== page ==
Re: Drug prices vary wildly by store, Cox survey finds (Michigan)



In article <134sdcf4lp40gfc@xxxxxxxxxxxxxxxxxx>,
Jim Higgins <gordian238@xxxxxxxxxxx> wrote:

Drug prices vary wildly by store, Cox survey finds
http://www.freep.com/apps/pbcs.dll/article?AID=/20070518/NEWS06/705180334&temp
late=printart

Prices for commonly prescribed drugs can vary by 100% or more from
pharmacy to pharmacy in some Michigan communities, but consumers often
don't know that because the state's drug-pricing information Web site is
inadequate, Attorney General Mike Cox said Thursday.

Cox said the site doesn't report prices for many common prescription
drugs and is confusing and harder to use than similar sites in other states.

Cox and the Granholm administration have been at odds over the Web site
for months, and this is the fourth time investigators from his office
have conducted telephone surveys to compare drug prices. The latest
survey, conducted May 7-11, focused on 11 drugs regularly prescribed for
chronic illnesses such as diabetes and heart disease from 200 pharmacies
in 10 cities.

At a news conference Thursday, Cox urged the Department of Community
Health to increase the number of drugs listed to 150 or 200 -- currently
30 are listed -- and ramp up efforts to market www.michigandrugprices.com.

"It's a tragedy that Michigan does not have a broad-based, user-friendly
... Web site," he said. "The people of Michigan are, quite literally,
paying the price."

Later Thursday, a department spokesman said the state budget crisis
makes it unlikely that money would be available to meet Cox's request in
the near future.

"It would be a nice thing to do," spokesman T.J. Bucholz said, "but in
the bigger scheme of things -- like providing health care for poor
people -- it's not high on our list of priorities."

The Web site is updated on a biweekly basis. It was last updated May 4.

Cox cited the example of pharmacies in Lansing, where the retail price
for a prescription of the sleep medication Ambien varied by 110% ($90
vs. $188.99) from one location to another.

In Detroit, Cox's researchers found that Ambien was selling for vastly
different prices at two Walgreens stores. A store at 19800 Plymouth Road
was charging for $138 for the medicine, his office said, while a store
at 14048 Woodward was selling it for $174.99.

A clerk at Blair Pharmacy at 2141 E. Jefferson, also in Detroit, was
stunned to learn that the same dosage of Ambien was so costly at other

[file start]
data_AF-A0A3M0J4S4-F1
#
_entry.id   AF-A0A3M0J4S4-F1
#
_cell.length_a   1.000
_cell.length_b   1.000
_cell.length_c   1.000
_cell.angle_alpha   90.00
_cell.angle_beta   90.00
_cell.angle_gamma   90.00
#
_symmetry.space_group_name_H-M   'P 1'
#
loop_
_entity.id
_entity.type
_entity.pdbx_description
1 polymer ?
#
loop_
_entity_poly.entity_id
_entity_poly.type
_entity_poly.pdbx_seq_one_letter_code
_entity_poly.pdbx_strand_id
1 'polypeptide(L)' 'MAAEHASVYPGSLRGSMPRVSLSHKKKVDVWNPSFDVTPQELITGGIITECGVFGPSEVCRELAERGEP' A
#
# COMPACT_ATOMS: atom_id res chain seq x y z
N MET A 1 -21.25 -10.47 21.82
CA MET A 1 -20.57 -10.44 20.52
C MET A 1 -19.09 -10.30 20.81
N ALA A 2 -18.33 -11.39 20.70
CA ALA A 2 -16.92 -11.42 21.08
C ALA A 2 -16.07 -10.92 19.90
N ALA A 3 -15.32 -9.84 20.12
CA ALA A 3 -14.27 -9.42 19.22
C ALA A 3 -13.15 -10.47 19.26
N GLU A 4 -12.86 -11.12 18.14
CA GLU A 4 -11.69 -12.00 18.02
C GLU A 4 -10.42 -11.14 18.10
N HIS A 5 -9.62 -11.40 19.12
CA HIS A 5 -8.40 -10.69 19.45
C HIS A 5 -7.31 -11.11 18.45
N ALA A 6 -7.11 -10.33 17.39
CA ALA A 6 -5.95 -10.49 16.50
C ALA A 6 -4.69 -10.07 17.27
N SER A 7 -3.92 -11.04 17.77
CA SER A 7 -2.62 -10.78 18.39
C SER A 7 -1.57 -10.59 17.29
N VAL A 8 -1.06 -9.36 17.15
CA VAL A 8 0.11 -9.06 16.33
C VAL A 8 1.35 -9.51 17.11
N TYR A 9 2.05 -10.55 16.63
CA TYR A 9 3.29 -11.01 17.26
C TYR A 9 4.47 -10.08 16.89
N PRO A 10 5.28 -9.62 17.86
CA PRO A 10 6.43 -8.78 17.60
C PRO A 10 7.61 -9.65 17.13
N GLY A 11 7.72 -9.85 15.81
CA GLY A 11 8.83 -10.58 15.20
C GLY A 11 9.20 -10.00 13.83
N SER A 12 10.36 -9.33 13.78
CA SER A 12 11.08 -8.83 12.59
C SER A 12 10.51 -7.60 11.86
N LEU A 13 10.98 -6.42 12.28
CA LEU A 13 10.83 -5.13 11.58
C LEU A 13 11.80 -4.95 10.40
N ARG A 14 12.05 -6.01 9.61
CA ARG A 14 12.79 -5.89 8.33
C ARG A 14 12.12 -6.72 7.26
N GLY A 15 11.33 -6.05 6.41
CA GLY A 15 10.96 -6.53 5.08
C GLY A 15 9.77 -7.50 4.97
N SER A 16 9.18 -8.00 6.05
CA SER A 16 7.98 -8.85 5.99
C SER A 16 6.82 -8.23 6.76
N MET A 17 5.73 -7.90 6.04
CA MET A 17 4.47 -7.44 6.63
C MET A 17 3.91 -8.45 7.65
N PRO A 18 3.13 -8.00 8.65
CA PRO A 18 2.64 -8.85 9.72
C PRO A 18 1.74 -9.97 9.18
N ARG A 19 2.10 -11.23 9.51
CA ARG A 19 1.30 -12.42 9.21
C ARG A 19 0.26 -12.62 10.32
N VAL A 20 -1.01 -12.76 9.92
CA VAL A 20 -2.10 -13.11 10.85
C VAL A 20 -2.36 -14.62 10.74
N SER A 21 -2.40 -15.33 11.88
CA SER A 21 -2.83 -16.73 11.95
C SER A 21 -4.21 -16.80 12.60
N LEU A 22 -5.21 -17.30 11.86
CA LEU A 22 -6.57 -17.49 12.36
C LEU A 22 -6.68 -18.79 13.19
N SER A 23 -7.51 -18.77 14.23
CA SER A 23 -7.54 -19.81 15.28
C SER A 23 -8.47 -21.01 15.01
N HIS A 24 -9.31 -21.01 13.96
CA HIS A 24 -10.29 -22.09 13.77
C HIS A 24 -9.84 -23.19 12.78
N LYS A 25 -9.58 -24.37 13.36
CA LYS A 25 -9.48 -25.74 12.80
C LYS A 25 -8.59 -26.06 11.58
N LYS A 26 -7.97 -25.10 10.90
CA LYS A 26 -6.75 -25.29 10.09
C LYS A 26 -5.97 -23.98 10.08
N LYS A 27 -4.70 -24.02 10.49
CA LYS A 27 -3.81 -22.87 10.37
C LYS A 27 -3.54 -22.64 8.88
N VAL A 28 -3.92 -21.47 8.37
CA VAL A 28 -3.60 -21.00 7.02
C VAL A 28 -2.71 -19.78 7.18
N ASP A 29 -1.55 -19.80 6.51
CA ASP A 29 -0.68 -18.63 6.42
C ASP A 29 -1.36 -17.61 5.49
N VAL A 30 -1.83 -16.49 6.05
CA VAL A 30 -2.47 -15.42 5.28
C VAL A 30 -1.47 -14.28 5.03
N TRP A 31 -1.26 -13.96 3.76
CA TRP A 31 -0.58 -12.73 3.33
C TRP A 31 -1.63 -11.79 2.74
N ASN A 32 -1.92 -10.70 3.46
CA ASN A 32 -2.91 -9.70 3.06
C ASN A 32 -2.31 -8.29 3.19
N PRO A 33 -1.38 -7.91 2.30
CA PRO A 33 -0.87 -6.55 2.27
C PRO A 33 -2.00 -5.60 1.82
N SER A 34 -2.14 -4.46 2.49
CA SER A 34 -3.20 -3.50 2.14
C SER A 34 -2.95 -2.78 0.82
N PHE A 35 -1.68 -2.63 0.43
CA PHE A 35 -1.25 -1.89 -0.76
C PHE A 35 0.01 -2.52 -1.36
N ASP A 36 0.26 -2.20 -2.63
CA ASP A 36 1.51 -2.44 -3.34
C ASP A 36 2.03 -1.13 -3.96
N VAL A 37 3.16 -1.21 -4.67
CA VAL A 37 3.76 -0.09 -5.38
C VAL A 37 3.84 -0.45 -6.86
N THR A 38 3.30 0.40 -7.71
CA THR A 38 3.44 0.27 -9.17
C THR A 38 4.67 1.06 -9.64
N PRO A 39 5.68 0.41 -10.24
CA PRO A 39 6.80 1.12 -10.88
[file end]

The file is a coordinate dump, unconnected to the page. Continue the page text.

pharmacies. The survey listed the pills at $80 there.

Factors that determine price

The price for prescription medication can vary significantly, depending
on who is making the purchase and what prescription medication coverage
applies to the transaction. Insurers, government agencies and employers
who manage prescription-drug plans typically negotiate prices below
retail for their constituents.

Michigan officials said they don't know how many people are paying the
listed retail prices but estimate that as many as 1.1 million
Michiganders do not have prescription-drug coverage. And Cox said many
seniors with Medicare drug coverage are forced to pay retail at least
some of the time.

Not everyone can shop around

Detroiter Marion Hadley, 90, said she spends about $300 a month for her
medication, despite having an insurance prescription plan -- for which
she pays $66 monthly. Hadley is being treated for arthritis, high
cholesterol, elevated blood pressure and thyroid disease.

"I'm on mega medications," Hadley said. "I take seven to eight different
kinds daily. It's really sinful the way they charge so much. There was a
time when I spent more for medicine than I did for food."

Hadley said she is unable to shop around for more affordable prices
because she stopped driving last winter. And often, she said,
less-expensive pharmacies don't have all the medications she needs.
Before she stopped driving, she said, she visited five drug stores to
compare prices when she was forced to get an expensive prescription not
included in her drug plan.

Just this week, Hadley had to purchase a bottle of eye drops not covered
by her insurance. The cost: $55.

"It was tiny," she said. "I'll probably be able to use it 10 times and
then it will be gone."

Web site pricing helps seniors

Bill Knox, association state director for government affairs for AARP
Michigan, said that as more people are forced to pay for their own
drugs, there has to be a uniform way for customers to compare prices and
shop electronically.

AARP has an online consumer guide to help find affordable drugs. The
organization offers a search engine for about 150 drugs, both generic
and name brand, with the Medicaid price so seniors know whether they're
paying more than they should.

Knox said seniors are becoming more technologically savvy and using the
Internet for shopping.

"It's really strange that in the same town, you can buy the same
medicine but have a difference in cost of $80," Knox said. "That's why
it's absolutely necessary to enable people to make shopping trips
through their computer."

One would think that insurers paying a substantial fraction of the
consumers cost would track this and be negotiating these things or
perhaps subtly promoting some favored sources.

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